papa jim, since diesels don't ignite with a spark, they need a good air mixture to achieve combustion. Increasing "dirty" EGR air reduces the efficiency of the combustion cycle because it won't compress like clean air.

Chrysler and Cummins were able to achieve 2010 standards in 2007 with precious-metal catalysts in place of SCR/DEF, but required increased use of EGR to do it, and mpg suffered noticeably. Those trucks are the least sought by used Ram buyers for that reason.

@papa jim and Dave,

Why do you want dirty air and dirty water?

This may not be part of the exact subject, but I have a question for the engineers out there, and that is if DOD, or AFM, or any of the other gas saving ideas in gasoline engines used today can save decent amount of gas in gasoline engines, why has this NOT been talked about, and used in diesel engines? I mean if it can be done is a gas fired internal combustion engine with direct fuel injection, with the use of electronic solenoids used to control the certain valves from opening in a timely manner in say half the cylinders, then why not is a diesel engine that has 400hp and 800+tf/lbs tq, when you are not using them? all? can anyone imagine the mpg these diesels engines would get, when just loping down the hyw unloaded? I all the years I have been reading about these things, there has never been any mention of this? and we are after all talking about OHV pushrod engines anyway, that just happen to use diesel instead of gasoline? anyway! Just imagine a Duramax, with say a higher state of tune, with say 450hp and 85ft/lbs tq, using GM's AFM, and while loping down the hyw unloaded getting over 20mpg? if it works so well in the 6.2 EcoTec 3 engine, with over 400 hp and 460ft/lbs tq, and that engine gets over 20 mpg, why not a diesel?

@sandman4X4 - there is new evidence from Europe that higher compression DI/turbo engines have similar emission patterns as diesel engines. fine particulate is often higher.

If those finding prove correct and gain traction within EPA "type" agencies we may very well see DEF systems added to gasoline powered vehicles.

If DEF "makes life easier" for engine designers, it may become viewed as a necessary evil where one can have their cake and eat it too (higher HP/torque with better emissions).


"Whether you believe these man-made chemicals have a role to play in climate change or not, NOx is something we don't need to spew into the environment."

Is chemistry your specialty or journalism? Just asking.


Do you have a link for the new evidence in Europe statement? That is an interesting point and could be a big shift in future truck development. I'd like to read more about it.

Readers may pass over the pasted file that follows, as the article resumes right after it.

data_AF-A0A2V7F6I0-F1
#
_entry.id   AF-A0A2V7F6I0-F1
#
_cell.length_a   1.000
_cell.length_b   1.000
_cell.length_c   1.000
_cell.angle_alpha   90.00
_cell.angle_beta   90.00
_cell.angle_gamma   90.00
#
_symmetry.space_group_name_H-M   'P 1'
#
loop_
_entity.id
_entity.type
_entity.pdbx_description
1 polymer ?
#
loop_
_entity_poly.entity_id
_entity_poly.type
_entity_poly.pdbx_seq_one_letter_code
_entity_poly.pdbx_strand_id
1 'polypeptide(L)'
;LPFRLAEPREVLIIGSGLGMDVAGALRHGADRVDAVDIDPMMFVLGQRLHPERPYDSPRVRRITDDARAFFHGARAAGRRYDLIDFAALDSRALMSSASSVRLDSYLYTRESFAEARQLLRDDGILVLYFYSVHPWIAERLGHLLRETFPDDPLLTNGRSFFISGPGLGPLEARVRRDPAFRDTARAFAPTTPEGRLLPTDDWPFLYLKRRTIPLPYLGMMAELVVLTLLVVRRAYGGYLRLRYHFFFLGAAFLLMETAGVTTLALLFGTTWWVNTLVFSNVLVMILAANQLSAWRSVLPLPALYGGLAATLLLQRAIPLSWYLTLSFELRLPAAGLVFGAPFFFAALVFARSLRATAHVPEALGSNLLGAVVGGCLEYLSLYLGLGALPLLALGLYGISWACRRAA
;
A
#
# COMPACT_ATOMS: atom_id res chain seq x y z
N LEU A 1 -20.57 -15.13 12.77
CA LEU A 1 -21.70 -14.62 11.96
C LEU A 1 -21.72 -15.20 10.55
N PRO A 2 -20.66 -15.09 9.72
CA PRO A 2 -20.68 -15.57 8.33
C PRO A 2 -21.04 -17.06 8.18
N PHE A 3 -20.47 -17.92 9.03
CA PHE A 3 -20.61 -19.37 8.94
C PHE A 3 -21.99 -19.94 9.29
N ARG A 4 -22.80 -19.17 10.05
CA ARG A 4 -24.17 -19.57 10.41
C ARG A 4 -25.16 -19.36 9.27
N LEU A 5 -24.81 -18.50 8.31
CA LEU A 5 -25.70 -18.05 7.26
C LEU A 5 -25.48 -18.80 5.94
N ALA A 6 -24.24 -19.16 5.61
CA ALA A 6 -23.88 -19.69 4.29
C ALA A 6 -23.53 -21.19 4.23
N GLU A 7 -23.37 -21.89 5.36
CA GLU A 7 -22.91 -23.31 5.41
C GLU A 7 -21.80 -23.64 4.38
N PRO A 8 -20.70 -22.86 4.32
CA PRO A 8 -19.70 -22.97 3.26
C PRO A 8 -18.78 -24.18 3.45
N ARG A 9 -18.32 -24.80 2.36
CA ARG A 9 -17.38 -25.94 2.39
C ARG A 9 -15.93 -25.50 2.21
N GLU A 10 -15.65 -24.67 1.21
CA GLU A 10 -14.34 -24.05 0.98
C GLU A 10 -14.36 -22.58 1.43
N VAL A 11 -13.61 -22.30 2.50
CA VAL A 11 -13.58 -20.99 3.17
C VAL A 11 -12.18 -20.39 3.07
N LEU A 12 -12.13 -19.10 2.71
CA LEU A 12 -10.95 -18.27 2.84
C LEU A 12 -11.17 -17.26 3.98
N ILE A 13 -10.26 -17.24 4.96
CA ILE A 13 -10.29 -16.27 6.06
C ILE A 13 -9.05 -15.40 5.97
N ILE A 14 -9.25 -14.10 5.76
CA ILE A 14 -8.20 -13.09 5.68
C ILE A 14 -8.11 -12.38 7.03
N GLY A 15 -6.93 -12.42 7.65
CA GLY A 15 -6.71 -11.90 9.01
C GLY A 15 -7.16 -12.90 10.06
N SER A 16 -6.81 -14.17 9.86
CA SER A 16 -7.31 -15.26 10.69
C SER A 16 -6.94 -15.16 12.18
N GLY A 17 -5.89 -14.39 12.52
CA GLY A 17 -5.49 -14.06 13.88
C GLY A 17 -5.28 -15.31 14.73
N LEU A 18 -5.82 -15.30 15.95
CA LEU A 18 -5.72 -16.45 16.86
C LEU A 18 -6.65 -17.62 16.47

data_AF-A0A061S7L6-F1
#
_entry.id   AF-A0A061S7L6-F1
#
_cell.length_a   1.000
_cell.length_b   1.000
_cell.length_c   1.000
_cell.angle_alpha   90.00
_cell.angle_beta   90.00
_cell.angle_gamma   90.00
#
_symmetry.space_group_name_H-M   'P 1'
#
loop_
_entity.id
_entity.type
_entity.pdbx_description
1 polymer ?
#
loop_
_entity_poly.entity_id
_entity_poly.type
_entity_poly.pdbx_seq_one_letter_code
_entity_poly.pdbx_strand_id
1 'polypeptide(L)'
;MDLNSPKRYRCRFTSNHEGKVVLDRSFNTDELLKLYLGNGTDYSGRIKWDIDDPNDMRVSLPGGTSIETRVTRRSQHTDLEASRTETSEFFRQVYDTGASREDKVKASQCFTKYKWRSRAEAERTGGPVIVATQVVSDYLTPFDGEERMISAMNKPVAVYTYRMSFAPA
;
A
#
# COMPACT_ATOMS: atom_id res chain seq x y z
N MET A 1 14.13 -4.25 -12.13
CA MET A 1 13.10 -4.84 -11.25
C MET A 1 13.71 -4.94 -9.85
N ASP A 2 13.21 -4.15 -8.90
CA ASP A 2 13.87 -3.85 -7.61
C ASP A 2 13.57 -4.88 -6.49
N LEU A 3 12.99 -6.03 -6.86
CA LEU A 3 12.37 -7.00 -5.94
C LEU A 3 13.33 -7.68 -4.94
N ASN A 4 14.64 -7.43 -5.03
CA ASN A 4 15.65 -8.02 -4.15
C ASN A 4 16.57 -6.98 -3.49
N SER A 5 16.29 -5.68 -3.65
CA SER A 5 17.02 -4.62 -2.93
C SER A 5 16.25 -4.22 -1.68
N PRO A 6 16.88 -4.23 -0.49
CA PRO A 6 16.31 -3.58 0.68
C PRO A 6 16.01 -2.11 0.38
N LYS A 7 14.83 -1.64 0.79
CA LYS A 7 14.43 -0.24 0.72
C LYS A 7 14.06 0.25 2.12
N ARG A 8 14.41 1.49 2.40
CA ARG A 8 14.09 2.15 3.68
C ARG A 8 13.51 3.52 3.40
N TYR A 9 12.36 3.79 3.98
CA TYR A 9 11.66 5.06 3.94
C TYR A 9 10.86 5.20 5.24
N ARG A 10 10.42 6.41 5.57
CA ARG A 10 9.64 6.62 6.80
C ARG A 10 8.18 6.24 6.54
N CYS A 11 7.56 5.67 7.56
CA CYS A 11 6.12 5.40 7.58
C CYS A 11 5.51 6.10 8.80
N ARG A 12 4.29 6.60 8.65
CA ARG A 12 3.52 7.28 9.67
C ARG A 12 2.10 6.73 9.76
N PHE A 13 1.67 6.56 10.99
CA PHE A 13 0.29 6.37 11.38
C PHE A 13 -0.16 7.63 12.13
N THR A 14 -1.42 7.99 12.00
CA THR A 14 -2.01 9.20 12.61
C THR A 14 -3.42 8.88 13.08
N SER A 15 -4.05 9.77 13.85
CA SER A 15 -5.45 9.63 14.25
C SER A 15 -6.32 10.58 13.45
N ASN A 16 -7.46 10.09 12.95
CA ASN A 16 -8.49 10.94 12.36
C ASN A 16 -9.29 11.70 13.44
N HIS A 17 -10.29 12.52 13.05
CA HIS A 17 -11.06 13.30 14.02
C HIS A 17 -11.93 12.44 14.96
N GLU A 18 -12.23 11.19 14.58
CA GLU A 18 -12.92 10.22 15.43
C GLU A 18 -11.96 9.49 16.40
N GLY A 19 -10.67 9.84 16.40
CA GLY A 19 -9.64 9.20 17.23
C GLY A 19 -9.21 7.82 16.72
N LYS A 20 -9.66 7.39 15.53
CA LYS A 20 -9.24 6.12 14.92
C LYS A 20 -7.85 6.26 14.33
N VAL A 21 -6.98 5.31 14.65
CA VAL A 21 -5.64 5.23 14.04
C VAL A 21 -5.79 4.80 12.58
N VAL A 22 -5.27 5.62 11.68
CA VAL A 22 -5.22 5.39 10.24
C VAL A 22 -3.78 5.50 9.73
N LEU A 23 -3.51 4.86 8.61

NOx is nasty stuff.
I am a firm disbeliever in the global warming myth, it is nothing more than a $$$ generator for the enviro-nuts.
That being said, anything that reduces or eliminates stuff like NOx is a good thing. The auto industry has adapted to it and I think it's a good thing.

bring back the 7.3 and crap put the emissions backfire.

To add to number 3 on the list. Another good place for people to get DEF is heavy duty truck dealerships. Due to the amount of of DEF class 8 trucks use, we keep DEF in large quantities and the pricing would be better than most trucks stops or other light vehicle parts stores due to how competitive the heavy duty parts market is. People think that light vehicle auto parts stores are inexpensive but they make big margins on stuff like that. For example, a pack of 5 butt connectors would cost you $5.00 at an Auto zone type store, but are about $.20 each at most of your heavy duty truck parts dealerships. You can also get Cummins parts cheaper at these places too since the ISB 6.7L and old 5.9L is also used in some medium Duty class 6 & 7 trucks.

@Tim Esterdahl - it was a story on TTAC a while ago. I'll see if I can find the link.


Every area of public policy (and science) has trade-offs.

Agree that in concentration oxides of nitrogen can be dangerous.

So instead of building EVERY car or truck on earth to address the needs of a few relatively small areas, why not focus the limited resources available to the areas that have a problem and let everyone else (the vast majority of the world's population) go on about our business?

Check the world map on Wiki to see the few zones worldwide where NO2 is at concentrations that cause concern.

Let's focus finite resources elsewhere to making sure that people have enough to eat, that nations aren't building huge nuclear arsenals, and that countries ostensibly using nukes to make electricity are not in fact making bomb grade materials.

During the last five years our government has apparently ignored the scariest players on the world scene, but we focus a lot of attention on people who want to build oil pipelines and coal-to-fuel plants.

@Tim Esterdahl - here is some light reading for you ;)